4. 2 Establishing Rapport
    (pp. 18-45)

    Method is the primary concern of this chapter, which consists of two parts. The first deals with problems encountered in securing subjects for the study, and the establishment and maintenance of rapport before, during, and after the interview. The second deals with the issues involved in defining and measuring the main variables to be used.

    The study of Scandinavian students, in Phase I of the research on cross-cultural education, necessarily required a highly elaborated system of devices for bringing about rapport. That study concerned a close-knit group, in which every member knew all about the others’ adventures within hours or...

  5. 3 The Foreign Student at U.C.L.A.
    (pp. 46-56)

    It is difficult to estimate the extent to which the group of students interviewed at U.C.L.A. during 1954 and 1955 is typical of foreign students in this country at other places and times. Generalization of these findings may be biased by peculiarities of the sample, the place, or the period. However, the data presented in this chapter will make estimates easier to apply in other later studies or in practical applications of the results of this research.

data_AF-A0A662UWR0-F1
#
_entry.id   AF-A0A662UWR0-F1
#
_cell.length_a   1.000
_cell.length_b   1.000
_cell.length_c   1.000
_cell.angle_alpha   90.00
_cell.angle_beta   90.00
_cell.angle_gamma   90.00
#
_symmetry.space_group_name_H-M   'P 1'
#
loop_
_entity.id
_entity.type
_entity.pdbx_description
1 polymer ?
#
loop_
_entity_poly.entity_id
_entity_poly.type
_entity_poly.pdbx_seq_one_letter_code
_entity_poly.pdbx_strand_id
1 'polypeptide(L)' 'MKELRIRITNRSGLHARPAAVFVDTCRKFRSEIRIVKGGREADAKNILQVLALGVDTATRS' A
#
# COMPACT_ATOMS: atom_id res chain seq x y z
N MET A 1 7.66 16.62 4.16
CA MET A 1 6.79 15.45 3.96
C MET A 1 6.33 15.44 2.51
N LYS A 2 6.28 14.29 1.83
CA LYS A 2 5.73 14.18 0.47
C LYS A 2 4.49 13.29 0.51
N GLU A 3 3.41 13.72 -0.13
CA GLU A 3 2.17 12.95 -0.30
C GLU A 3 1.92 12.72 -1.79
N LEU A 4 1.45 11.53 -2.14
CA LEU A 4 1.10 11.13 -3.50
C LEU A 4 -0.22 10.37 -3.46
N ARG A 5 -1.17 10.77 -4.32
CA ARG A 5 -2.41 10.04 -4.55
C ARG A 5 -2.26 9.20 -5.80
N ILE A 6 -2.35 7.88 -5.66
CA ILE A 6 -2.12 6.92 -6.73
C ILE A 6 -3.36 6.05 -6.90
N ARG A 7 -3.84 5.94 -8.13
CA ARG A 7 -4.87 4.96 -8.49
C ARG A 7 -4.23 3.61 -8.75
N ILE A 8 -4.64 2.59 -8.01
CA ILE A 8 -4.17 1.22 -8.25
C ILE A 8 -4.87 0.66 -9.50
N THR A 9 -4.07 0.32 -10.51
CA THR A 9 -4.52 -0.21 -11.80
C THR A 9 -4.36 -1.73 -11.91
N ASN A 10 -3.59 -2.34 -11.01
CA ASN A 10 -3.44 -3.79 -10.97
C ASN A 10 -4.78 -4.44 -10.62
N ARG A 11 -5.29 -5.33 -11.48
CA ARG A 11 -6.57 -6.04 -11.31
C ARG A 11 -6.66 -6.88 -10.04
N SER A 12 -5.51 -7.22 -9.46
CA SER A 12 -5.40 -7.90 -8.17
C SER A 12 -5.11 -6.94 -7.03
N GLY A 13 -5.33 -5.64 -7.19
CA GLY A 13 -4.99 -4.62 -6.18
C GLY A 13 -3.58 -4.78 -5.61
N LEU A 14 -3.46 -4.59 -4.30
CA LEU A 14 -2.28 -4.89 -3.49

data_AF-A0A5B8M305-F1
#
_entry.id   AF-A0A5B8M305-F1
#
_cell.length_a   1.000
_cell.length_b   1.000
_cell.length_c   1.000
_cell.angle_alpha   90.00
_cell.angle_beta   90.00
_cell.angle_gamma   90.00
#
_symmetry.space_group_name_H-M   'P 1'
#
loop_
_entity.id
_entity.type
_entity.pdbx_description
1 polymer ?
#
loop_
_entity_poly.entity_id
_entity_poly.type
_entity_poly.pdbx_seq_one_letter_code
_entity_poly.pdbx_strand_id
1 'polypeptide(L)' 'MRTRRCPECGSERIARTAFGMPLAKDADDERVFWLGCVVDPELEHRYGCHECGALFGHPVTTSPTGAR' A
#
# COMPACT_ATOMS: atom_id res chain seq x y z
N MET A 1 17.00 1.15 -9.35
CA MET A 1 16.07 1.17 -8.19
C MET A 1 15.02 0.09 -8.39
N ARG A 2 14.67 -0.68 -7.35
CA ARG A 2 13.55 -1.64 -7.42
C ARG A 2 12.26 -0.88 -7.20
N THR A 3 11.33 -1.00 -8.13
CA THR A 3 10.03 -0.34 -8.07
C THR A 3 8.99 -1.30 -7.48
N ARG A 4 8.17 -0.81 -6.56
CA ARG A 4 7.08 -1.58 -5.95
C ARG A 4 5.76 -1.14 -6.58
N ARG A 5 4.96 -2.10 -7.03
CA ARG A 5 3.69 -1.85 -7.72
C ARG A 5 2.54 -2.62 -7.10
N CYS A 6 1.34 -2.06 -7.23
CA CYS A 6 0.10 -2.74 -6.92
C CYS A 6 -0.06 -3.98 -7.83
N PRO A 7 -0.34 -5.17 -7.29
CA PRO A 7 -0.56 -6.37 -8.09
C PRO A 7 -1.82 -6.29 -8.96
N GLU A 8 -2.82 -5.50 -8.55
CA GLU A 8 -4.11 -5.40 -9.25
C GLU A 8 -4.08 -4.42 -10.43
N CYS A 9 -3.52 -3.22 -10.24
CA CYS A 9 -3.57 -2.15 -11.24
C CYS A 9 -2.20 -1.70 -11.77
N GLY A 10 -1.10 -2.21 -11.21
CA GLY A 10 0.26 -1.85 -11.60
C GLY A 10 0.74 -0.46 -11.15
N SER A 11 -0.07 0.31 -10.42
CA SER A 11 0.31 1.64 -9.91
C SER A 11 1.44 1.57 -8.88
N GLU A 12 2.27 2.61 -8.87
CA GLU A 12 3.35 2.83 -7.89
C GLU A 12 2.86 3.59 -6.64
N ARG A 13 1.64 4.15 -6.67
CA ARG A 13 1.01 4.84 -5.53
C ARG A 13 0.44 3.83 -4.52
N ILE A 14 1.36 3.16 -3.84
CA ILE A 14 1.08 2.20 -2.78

We decided to make this study on a single campus for a variety of reasons, both theoretical and practical. The New York University...

  6. 4 The Interrelation of the National Status Variables
    (pp. 57-70)

    We shall now outline the hypotheses stated in Chapter 1, in order to give form to the analytic findings of the study.

    Foreign students suffer status shock upon their arrival in another country. Status variables will be more important than other variables in determining the adjustment of foreign students to their environment. Of all the status variables, national status as perceived by the foreign student will be the most important in determining adjustment. There are four kinds of national status: subjective, perceived accorded, actual accorded, and objective. These national status measures will have a low correlation with each other, and...

  7. 5 The Interrelation of the Adjustment Indices
    (pp. 71-77)

    Before proceeding with the discussion of the relations among the adjustment indices, we have to describe the meaning of the dichotomy of “high” and “low” as used in presenting the results.

    Favorablenesstoward the United States was measured by asking the student his perception of some aspect of American life and then asking him to say whether he liked or disliked this feature of the United States. There were twenty-seven items and we averaged the answers to them. “Low favorableness” or “unfavorable” actually means for most students, on the basis of the total distribution of responses,¹ “less favorable” or a...

  8. 6 The Relation of the National Status Variables to the Adjustment Indices
    (pp. 78-97)